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perch, common name for some members of the family Percidae, symmetrical freshwater fishes of N Europe, Asia, and North America. The perches belong to the large order Perciformes (spiny-finned fishes) and are related to the sunfishes and the sea basses. The best-known North American species is the yellow, or lake, perch (Perca flavescens), a popular game and food fish abundant in lakes and large streams, where it feeds on insects, crayfish, and small fish and grows to an average length of 1 ft (30 cm) and weight of 1 lb (.5 kg). The voracious walleye, or walleyed pike (Sander vitreus), another member of the family, is darker and larger (up to 10 lb/4.5 kg). Very similar to the walleye but slenderer and smaller is the sauger, or sand pike (S. canadensis). The native American darters (2–3 in/5–8 cm), found E of the Rockies, are widespread and of many species, most of them brilliantly colored. Of separate families are the pirate perch, a chubby little fish of sluggish streams and bayous (family Aphredoderidae), and the trout perch, a small fish abundant in the Great Lakes (family Percopsidae). See also surfperch. Perches are classified in the phylum Chordata, subphylum Vertebrata, class Actinopterygii, order Perciformes, family Percidae.
strabismus (strəbĭzˈməs), inability of the eyes to focus together because of an imbalance in the muscles that control eye movement; also called squint. It is a consequence of weakness or uneven development of one or more of the six small muscles that surround the eye. One or both eyes may be affected. Horizontal strabismus is caused when the eyes do not move together laterally; this condition is known as cross-eye if the eye turns inward or walleye if the eye turns outward. Vertical strabismus results when the eye rolls upward or downward in its socket. There is also torsional strabismus in which the eyes do not rotate together about their optical axes. Strabismus is usually present at birth and becomes apparent early in infancy, but it may also result from illness or injury. Because the condition results in perception of a double image, there is a tendency to use only one eye. It is important that treatment be started as soon as possible to prevent loss of sight in the unused eye. Corrective therapy includes exercise that strengthens eye muscles and prescription of corrective lenses. Sometimes a patch is placed alternately on each eye so that neither is allowed to become completely unused. If necessary, the eye muscles may be shortened or lengthened surgically.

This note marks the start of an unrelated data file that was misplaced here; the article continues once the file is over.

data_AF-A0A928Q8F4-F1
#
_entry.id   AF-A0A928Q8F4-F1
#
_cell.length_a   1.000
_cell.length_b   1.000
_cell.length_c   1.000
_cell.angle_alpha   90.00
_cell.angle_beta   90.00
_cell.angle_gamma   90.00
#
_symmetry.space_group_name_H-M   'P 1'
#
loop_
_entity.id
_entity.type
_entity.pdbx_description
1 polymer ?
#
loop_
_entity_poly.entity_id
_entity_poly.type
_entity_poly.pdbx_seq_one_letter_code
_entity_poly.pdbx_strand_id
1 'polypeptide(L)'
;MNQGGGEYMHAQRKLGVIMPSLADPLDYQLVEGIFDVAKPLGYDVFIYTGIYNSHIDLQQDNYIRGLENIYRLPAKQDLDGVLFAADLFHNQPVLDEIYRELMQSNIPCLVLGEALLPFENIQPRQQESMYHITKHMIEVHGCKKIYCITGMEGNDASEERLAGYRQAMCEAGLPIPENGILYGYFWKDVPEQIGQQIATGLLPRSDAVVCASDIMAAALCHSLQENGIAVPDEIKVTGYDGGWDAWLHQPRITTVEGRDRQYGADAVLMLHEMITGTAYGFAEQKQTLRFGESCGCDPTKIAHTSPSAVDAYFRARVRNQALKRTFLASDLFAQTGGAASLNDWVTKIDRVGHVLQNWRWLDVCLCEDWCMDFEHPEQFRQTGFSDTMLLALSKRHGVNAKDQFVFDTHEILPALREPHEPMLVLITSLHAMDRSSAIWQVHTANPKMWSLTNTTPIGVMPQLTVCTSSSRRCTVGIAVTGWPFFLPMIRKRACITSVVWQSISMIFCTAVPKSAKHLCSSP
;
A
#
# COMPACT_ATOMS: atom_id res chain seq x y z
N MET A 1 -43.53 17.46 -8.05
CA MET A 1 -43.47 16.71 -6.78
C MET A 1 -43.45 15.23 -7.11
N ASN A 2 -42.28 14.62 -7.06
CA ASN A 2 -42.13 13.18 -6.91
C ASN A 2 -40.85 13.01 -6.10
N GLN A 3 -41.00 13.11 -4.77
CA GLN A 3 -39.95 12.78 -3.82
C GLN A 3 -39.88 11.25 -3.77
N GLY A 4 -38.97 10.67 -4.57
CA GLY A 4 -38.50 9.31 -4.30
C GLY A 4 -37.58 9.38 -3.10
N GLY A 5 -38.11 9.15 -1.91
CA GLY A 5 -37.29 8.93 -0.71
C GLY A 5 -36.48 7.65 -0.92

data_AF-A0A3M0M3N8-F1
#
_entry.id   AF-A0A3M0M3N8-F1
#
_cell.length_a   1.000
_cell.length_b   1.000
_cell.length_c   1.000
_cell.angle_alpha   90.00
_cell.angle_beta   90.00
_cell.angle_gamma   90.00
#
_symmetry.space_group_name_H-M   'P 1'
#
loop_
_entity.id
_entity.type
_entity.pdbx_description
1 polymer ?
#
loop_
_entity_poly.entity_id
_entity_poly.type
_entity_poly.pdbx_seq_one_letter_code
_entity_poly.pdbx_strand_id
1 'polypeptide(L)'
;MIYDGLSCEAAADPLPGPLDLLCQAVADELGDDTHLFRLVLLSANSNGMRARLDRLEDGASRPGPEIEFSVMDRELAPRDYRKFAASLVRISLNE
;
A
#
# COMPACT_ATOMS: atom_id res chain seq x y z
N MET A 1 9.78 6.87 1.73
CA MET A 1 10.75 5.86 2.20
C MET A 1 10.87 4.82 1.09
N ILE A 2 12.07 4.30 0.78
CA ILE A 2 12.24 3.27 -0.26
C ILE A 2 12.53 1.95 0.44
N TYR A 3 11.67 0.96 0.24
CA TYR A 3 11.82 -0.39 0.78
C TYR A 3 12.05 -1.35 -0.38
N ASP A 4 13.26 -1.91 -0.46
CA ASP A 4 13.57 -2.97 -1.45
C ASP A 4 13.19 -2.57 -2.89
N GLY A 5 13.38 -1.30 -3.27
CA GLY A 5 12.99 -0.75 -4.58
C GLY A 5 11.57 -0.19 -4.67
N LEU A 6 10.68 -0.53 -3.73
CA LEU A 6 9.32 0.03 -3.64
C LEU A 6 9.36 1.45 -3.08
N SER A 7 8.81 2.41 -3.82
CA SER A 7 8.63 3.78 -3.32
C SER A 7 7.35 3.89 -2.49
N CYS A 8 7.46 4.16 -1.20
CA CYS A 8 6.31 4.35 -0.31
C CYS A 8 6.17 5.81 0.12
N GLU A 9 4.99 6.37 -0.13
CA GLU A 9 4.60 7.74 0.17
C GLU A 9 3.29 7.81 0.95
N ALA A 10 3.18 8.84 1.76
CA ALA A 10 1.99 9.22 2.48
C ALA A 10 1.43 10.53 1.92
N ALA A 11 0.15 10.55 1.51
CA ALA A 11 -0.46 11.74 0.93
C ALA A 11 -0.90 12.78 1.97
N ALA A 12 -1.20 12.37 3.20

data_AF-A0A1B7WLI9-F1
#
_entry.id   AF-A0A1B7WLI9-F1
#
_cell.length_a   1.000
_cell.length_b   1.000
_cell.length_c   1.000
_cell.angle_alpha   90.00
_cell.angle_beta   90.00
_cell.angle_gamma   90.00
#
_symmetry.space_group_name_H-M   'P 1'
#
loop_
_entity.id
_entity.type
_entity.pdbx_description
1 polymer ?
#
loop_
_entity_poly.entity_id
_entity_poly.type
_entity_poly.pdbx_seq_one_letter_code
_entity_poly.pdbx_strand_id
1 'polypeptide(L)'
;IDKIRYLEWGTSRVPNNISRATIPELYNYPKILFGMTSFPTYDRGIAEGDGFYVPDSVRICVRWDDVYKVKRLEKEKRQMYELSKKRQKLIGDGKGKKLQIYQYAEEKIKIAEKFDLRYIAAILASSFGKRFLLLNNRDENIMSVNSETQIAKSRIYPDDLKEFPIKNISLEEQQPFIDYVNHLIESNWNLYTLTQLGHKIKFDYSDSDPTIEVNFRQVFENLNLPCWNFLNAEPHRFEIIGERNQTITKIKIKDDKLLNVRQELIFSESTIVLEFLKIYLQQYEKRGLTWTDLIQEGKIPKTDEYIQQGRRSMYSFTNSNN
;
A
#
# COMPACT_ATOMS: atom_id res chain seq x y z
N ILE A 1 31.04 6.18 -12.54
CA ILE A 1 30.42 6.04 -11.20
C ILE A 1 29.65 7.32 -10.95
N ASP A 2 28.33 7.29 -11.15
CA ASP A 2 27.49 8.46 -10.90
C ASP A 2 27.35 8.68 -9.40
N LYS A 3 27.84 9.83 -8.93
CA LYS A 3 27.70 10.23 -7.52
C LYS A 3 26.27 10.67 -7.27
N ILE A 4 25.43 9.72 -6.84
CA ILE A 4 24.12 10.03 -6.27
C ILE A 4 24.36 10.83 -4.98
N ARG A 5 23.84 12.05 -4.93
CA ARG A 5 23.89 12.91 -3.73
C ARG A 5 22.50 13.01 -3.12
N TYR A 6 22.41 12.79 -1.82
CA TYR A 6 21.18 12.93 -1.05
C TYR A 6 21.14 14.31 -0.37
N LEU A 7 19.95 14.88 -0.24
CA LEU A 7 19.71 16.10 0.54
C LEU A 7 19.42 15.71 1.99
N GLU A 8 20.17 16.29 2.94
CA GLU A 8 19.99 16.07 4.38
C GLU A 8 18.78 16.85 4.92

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1. a divergent squint
2. opacity of the cornea
3. an eye having a white or light-coloured iris
4. (in some collies) an eye that is particoloured white and blue
5. a North American pikeperch, Stizostedion vitreum, valued as a food and game fish
6. any of various other fishes having large staring eyes
Collins Discovery Encyclopedia, 1st edition © HarperCollins Publishers 2005